Overvaluation isn’t exclusive to Southern Ontario, though. Moody’s estimates that 77.1% of Canadian markets are currently overvalued.

Canadian Real Estate Over/Under Valuation

The deviation of real estate prices from the trend. Positive numbers indicate potential overvaluation, while negative indicate under valuation.

Source: Moody’s Analytics, RPS; Better Dwelling.

Only 1 In 5 Real Estate Markets Are Undervalued

It’s shocking, but Canadian real estate speculators missed a few cities. Saskatoon (-38.0%), Calgary (-32.0%), and Edmonton (-29.0%) had the most significant undervaluations. About 1 in 5 (22.9%) real estate markets are undervalued. Most are in Western Canada, but Atlantic Canada has a few as well. 

Earlier this month, Moody’s warned higher rates would slow the market. They don’t see a significant correction in the works (yet?) but did warn risks slants to the downside. Other firms, such as Oxford Economics, see substantial corrections. Though circling back to our earlier point, intervention can keep prices inefficient. They warn that would likely result in a Financial Crisis, instead of just a home price correction.

8 Comments

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  • Ron Bruce 5 months ago

    If only we could see this much evaluation in companies that compete on the global stage, we might all be able to afford a home. I don’t see this happening at any time. Canada isn’t the epicentre of invention, innovations or new technologies. Typically, Realtors, Lawyers, Banks and over 30% of the country’s workforce work for the Government (i.e. municipal, provincial, federal) don’t contribute to the Country’s intellectual property or innovation. Sitting on the sidelines watching competing companies pull the tax train isn’t a winning proposition.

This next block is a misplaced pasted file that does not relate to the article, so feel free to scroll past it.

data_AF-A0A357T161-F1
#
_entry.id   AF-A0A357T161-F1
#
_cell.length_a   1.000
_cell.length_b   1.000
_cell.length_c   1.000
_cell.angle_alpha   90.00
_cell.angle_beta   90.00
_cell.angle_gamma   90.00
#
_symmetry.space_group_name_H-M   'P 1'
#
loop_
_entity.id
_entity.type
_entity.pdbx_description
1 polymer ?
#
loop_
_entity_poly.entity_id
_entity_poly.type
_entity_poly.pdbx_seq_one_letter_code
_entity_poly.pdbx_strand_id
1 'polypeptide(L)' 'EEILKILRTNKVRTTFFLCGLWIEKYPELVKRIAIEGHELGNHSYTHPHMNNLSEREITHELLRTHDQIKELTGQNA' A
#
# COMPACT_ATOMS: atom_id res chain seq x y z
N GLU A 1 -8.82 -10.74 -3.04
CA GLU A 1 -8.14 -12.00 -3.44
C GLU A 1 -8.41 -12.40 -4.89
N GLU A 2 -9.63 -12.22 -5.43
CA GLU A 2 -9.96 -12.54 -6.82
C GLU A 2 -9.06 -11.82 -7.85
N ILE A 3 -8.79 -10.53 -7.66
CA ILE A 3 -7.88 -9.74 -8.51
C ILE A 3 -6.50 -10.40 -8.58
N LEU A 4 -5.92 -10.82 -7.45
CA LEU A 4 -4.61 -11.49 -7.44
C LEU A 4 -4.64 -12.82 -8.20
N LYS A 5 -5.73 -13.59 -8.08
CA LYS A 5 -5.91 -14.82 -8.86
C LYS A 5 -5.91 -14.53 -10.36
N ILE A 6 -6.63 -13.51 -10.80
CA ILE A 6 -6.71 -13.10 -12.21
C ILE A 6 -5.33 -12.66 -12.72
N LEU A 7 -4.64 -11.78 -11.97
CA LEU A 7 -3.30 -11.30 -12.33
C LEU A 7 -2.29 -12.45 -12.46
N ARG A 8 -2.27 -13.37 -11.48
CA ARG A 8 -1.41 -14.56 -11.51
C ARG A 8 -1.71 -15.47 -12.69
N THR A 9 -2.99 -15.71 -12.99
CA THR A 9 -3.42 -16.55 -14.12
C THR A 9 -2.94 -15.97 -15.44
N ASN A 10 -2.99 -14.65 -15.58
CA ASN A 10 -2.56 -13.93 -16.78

If 50% of residents that live in the cities are RENTERS, who are the parties funding, backing or manipulating all these increases in real estate prices? This is the data that we need to know.

  • Opinion Man 5 months ago

    Peterborough?
    I’ve been there and in my opinion it’s as much of a dump as Oshawa.

  • M W 5 months ago

    Overvalued doesn’t matter when people can and will continue to buy.

    For the inevitable “pAsT pErformaNcE doEs nOt gUaraNTeE fUtuRe RetUrns” comment- the market has been overvalued for years now and there’s not a single good reason this won’t continue to happen. Try to keep up!

    • Kevin Logan 5 months ago

      and interest rates will never rise and more than 2% inflation will never happen in our lifetime. The boomer narrative is well played.

      • M W 5 months ago

        Yes yes, it’s too bad we don’t have historical data to look at when inflation was above 2% and rates had risen to see what happened to the housing market.

        If you’re still having trouble keeping up, the answer is: prices went up. Even when they slowed down, they still went up. Hopefully this will get through to you!

  • Axel McLion 5 months ago

    Have to question these analyses claiming that Western Canada is undervalued.

    • CD 5 months ago

      I have to question their statement that Toronto is 43.6% overvalued – seems too low to me.

      Were they using early 2021 data because prices have definitely gone up another 30%+ since mid-2021.

      I think Toronto is 75-100% overvalued.

  • Dev 5 months ago

    What are they using to benchmark valuation/establish “trend price”?

Comments are closed.